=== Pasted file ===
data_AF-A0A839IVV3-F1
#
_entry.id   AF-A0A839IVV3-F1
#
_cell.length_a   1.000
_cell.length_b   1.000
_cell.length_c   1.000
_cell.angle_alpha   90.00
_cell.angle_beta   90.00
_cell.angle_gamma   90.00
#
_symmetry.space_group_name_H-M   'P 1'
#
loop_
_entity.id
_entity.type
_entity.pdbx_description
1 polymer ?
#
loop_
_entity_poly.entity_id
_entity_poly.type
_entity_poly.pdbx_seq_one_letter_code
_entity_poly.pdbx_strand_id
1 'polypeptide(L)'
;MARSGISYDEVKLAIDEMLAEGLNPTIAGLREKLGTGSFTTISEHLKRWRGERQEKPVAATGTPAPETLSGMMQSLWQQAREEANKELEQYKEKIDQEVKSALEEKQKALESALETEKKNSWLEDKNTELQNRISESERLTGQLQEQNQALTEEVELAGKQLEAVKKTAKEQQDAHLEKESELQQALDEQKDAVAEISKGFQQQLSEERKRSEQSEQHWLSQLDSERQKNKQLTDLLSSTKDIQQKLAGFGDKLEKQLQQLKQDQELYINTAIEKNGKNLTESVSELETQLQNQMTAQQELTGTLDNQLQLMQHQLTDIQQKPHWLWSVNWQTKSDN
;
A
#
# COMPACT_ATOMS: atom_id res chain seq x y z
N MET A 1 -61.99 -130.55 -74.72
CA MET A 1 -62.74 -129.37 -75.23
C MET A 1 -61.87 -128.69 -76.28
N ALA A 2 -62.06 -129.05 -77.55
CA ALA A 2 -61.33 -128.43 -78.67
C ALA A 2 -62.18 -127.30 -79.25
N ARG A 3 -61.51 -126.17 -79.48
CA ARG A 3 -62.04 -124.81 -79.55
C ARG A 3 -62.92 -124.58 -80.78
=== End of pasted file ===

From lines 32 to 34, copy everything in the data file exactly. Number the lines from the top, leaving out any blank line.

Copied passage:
CA MET A 1 -62.74 -129.37 -75.23
C MET A 1 -61.87 -128.69 -76.28
N ALA A 2 -62.06 -129.05 -77.55